Much like humans, plants emit sounds when they’re sad or stressed. Only the Kingdom Plantae cries a little differently since plants lack two lips and all. But you don’t need a mouth to complain, and plants instead give off pops and clicks at a volume similar to human speech (or the cordyceps heads in The Last Of Us)—it’s just too high for our ears to hear.
During the experiment, led by Itzhak Khait, a plant scientist at Tel Aviv University, and published in a journal called Cell, he and his team put plants like wheat, corn, cactus, henbit, tomato, tobacco and the grapevine that makes Cabernet Sauvignon in an acoustic box. Hence, the plants were free from any background noise and had two microphones pointing at their stems. Once in the box, the plants were subjected to different treatments: some had not been watered for five days, others had their stem cut and some were untouched as part of a control group.
The instruments used in testing could pick up frequencies between 20 and 250 kilohertz, which is more than 15 times higher than what we—humans—can hear (around 20-30 kilohertz). The plants emitted sounds between 40-80 kilohertz, with the happy plants giving off less than one sound per hour on average. But those that were injured or dehydrated were letting out dozens of sounds every hour, sometimes between 30–50. And the thirstier the plants got, the louder they complained. In fact, some of the sounds were so specific that an AI machine-learning tool knew if the plant was thirsty, cut, or part of the group based only on the pattern of its acoustic vibrations.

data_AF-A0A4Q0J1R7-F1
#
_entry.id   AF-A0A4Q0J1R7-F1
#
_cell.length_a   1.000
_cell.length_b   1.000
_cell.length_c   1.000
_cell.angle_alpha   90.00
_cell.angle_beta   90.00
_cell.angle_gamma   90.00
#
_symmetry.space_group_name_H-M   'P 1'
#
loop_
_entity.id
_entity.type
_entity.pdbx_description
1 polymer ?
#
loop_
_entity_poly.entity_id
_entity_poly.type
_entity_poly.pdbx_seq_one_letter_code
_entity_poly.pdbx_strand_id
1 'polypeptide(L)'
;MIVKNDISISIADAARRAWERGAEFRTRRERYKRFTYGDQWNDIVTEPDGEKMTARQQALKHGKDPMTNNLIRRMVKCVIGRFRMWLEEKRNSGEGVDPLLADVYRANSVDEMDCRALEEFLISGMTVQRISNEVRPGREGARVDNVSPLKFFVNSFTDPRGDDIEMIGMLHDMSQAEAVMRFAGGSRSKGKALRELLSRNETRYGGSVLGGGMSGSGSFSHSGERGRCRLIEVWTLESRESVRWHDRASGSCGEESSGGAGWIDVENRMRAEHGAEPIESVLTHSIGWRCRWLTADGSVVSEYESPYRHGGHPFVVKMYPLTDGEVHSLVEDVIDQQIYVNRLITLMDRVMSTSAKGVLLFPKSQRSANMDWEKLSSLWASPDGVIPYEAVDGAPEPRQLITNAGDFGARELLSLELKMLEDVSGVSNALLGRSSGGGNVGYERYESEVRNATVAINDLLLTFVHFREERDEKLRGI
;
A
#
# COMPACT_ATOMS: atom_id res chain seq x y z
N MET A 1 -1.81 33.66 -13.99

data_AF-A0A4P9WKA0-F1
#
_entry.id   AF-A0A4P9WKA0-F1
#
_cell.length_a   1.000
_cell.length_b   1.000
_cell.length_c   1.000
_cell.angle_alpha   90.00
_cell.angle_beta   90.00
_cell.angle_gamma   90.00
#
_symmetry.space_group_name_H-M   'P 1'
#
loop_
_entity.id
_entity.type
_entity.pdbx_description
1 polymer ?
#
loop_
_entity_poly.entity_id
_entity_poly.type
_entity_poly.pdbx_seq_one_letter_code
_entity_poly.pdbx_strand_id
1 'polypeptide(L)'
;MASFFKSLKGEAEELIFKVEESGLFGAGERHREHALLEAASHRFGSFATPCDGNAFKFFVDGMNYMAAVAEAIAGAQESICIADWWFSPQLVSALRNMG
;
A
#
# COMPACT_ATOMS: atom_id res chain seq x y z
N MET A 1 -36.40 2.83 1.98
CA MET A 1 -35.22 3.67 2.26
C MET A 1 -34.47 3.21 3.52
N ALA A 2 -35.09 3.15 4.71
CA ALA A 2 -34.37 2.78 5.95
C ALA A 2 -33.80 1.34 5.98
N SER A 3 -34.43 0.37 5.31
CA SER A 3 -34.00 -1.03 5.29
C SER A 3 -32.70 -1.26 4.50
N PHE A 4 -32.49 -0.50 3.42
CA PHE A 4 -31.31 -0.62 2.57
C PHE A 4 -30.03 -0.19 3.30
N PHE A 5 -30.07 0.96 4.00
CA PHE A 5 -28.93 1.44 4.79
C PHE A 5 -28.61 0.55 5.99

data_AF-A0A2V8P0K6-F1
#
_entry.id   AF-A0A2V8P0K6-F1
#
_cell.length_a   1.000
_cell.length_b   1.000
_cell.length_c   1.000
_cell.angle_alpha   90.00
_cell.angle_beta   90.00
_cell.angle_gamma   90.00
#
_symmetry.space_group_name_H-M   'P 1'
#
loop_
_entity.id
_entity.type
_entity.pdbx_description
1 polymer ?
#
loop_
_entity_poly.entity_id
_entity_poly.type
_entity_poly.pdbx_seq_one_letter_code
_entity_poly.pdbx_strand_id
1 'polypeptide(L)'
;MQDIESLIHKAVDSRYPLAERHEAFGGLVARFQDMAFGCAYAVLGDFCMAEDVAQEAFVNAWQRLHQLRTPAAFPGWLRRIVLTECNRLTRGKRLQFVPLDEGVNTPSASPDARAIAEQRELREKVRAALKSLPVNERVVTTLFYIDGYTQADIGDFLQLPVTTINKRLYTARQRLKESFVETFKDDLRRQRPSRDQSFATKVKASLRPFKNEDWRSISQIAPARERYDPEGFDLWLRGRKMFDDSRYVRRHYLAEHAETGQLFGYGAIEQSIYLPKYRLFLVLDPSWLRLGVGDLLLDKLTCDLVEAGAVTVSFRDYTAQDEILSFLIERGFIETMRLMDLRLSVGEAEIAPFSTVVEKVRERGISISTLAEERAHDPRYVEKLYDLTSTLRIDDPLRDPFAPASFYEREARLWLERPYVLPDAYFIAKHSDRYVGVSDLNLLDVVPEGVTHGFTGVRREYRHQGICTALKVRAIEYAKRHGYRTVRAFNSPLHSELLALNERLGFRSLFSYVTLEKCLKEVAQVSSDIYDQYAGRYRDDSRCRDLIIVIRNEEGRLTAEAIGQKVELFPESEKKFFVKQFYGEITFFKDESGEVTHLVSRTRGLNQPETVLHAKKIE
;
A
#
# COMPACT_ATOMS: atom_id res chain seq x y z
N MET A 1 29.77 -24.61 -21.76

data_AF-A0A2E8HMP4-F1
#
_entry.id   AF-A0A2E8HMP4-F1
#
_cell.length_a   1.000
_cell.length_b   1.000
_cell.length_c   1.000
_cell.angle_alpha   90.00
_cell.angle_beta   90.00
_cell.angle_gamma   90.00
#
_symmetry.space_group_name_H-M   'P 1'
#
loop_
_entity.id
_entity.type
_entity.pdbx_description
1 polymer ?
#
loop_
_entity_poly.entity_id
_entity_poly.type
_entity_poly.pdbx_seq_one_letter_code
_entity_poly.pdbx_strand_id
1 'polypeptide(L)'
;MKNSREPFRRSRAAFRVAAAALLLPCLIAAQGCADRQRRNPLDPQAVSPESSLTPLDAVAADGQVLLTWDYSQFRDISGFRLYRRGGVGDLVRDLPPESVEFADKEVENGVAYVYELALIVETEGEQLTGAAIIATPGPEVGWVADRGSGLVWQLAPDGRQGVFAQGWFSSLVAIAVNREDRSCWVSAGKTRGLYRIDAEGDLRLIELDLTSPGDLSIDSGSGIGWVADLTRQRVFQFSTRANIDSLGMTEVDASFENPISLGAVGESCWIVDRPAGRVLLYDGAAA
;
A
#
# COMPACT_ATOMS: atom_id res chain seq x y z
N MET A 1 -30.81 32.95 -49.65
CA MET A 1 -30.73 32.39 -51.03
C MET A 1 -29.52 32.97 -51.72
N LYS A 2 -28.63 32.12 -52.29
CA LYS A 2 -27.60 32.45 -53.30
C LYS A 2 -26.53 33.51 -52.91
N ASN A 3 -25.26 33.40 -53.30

A groundbreaking TAU study found that #plants emit sounds, especially when in distress, at frequencies too high for us to hear. #AI was used to distinguish different plants' #stresscall. https://t.co/2KTmjawdTT@TauPlantSci @CellPressNews @of_sagol pic.twitter.com/PkGSRDhnob
— Tel Aviv University (@TelAvivUni) March 31, 2023
Researchers also believe these ultrasonic sounds may be audible to animals and plants as far as 16 feet away, meaning plants could be acoustically communicating with the ecosystems around them. The research team says that this groundbreaking study could also help scientists and farmers understand how plants interact with their environments, especially in drought conditional due to climate change, where efficient water use becomes even more critical for both food security and ecology.
“We suggest that more investigation in the plant bioacoustics field, and particularly in the ability of plants to emit and react to sounds under different conditions and environments, may reveal a pathway of signaling between plants and their environment.”
So next time you forget to water your plants, remember that they are quietly crying in the corner—you’re just choosing to ignore them.
[Image via Lilach Hadany]
Olivia Wycech is Mixmag Asia’s Culture Editor; follow her on Instagram